The Nord Stream 1 and 2 pipelines, which carry Russian natural gas to Europe, were leaking after underwater explosions.
The Nord Stream 2 pipeline has stopped leaking gas under the Baltic Sea because an equilibrium has been reached between the gas and water pressure.
"The water pressure has more or less closed the pipeline so that the gas which is inside can't go out," Nord Stream 2 spokesperson Ulrich Lissek said on Saturday.
"The conclusion is that there is still gas in the pipeline," he added. Asked how much gas was believed to be in the pipeline, Lissek said: "That is the one-million-dollar question."
The Danish Energy Agency also reported that pressure appears to have stabilised in the pipeline.
“This indicates that the leaking of gas in this pipeline has ceased,” the agency said.
Information on the status of the Nord Stream 1 pipeline leak, which was significantly larger, was not immediately available.
'A deliberate act'
The Nord Stream 1 and 2 pipelines, which connect Russia to Germany, have been at the centre of geopolitical tensions as Russia cut gas supplies to Europe in suspected retaliation against Western sanctions following Moscow's military operation in Ukraine.
While the pipelines are not currently in operation, they both still contain gas before they fell victim to apparent sabotage, producing four leaks.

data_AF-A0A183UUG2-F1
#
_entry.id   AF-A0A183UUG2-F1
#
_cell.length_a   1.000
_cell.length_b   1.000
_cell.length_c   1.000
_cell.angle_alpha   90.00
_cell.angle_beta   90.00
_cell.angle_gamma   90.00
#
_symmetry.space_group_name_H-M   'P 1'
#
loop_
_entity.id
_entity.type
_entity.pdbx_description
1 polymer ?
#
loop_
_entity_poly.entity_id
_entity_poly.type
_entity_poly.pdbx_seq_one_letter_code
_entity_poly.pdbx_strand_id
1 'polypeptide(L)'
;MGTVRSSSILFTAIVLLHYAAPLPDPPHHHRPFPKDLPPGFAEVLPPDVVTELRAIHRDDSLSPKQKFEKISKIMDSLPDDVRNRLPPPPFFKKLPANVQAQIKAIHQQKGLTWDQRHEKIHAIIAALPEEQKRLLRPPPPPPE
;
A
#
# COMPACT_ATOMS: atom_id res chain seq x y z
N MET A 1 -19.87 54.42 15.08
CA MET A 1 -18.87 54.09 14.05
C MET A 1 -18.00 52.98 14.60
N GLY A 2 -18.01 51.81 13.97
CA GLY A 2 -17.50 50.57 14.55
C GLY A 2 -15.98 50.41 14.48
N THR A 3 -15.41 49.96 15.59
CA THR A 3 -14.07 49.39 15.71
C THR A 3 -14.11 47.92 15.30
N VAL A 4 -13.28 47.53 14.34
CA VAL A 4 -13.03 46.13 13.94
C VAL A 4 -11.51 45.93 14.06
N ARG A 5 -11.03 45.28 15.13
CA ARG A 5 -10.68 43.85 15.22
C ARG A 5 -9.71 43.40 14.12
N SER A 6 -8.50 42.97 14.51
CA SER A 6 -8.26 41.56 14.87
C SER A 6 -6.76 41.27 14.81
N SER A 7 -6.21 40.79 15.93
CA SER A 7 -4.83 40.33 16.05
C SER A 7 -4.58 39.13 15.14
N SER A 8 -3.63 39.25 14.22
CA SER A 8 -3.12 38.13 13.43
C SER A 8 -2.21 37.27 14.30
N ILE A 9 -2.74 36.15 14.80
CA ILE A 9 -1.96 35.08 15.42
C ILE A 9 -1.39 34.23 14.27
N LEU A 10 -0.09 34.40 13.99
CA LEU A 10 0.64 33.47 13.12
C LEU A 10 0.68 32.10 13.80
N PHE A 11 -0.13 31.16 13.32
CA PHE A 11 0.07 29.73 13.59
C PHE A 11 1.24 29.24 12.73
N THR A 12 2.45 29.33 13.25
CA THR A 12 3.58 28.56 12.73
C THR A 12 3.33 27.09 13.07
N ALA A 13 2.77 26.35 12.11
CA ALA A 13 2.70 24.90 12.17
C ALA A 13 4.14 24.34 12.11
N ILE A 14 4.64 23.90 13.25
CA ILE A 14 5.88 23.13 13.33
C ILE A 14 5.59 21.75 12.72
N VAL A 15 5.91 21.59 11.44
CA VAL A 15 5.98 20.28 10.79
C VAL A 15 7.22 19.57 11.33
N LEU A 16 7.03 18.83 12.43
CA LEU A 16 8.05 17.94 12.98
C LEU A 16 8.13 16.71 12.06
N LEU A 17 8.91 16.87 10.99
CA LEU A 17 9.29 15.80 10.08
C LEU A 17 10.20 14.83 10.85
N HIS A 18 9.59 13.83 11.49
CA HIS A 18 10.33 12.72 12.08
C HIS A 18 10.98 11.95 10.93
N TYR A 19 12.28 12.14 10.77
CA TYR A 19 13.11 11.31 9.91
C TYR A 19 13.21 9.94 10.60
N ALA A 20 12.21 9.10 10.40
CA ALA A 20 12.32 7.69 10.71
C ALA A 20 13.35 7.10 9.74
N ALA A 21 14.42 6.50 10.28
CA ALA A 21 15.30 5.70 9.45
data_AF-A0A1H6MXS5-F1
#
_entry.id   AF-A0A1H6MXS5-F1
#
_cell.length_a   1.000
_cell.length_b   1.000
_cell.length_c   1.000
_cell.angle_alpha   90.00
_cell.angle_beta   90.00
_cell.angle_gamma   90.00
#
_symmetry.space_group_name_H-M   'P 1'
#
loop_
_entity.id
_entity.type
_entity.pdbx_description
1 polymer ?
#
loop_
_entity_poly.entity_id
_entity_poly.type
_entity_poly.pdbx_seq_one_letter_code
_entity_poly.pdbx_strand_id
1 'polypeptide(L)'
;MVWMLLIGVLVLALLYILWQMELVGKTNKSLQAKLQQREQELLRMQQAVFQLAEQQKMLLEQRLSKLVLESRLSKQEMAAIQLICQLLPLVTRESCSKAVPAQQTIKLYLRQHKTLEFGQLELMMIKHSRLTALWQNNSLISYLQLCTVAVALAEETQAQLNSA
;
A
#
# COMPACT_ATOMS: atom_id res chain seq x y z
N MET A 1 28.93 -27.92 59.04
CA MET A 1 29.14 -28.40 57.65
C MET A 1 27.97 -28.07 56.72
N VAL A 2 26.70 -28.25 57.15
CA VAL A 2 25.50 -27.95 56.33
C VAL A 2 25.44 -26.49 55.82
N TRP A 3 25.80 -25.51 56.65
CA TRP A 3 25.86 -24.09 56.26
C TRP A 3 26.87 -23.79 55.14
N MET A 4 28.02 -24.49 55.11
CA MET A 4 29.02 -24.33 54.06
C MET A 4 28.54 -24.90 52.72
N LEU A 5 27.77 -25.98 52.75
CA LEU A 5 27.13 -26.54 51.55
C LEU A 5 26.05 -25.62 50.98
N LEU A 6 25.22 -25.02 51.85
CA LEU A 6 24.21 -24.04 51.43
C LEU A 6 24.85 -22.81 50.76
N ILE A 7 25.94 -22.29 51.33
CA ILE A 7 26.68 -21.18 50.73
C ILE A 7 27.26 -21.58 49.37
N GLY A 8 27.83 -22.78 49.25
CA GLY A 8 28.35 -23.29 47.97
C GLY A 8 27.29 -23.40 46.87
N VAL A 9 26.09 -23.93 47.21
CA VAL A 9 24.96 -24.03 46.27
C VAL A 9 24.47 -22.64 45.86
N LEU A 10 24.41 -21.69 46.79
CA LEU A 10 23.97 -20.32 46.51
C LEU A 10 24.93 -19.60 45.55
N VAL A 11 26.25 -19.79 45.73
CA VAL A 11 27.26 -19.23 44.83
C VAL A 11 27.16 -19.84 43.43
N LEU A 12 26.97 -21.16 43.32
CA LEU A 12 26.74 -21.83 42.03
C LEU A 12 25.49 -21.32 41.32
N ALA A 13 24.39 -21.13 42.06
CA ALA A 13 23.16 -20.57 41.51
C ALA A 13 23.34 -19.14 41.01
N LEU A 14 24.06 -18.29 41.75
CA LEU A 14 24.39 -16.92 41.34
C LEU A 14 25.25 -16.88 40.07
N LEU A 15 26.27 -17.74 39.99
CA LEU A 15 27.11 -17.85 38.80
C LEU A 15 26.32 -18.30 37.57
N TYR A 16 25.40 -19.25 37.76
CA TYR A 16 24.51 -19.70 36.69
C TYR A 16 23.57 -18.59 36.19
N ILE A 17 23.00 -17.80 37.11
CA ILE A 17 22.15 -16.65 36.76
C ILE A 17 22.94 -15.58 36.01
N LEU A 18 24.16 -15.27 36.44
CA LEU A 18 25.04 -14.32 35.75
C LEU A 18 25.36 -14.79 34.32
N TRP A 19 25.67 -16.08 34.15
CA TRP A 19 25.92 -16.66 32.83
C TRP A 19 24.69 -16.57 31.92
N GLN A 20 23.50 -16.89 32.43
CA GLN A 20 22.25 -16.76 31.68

A Danish-Swedish report released on Friday concluded the leaks were caused by underwater explosions corresponding to hundreds of kilogrammes of explosives.
"All available information indicates that those explosions are the result of a deliberate act," the countries said.
The source of the explosions has remained a mystery, however, with both Moscow and Washington denying responsibility.
Danish authorities had said the leaks would continue until the gas in the pipelines is exhausted, which is expected to occur on Sunday.
The Swedish coastguard said late on Friday that the leaks on Nord Stream 2 showed signs of weakening due to the exhaustion of the gas contained in the pipes.
The leak on Nord Stream 1 had also started to weaken on Friday, with surface diameter down to 600 metres, down from between 900 and 1,000 metres on Monday.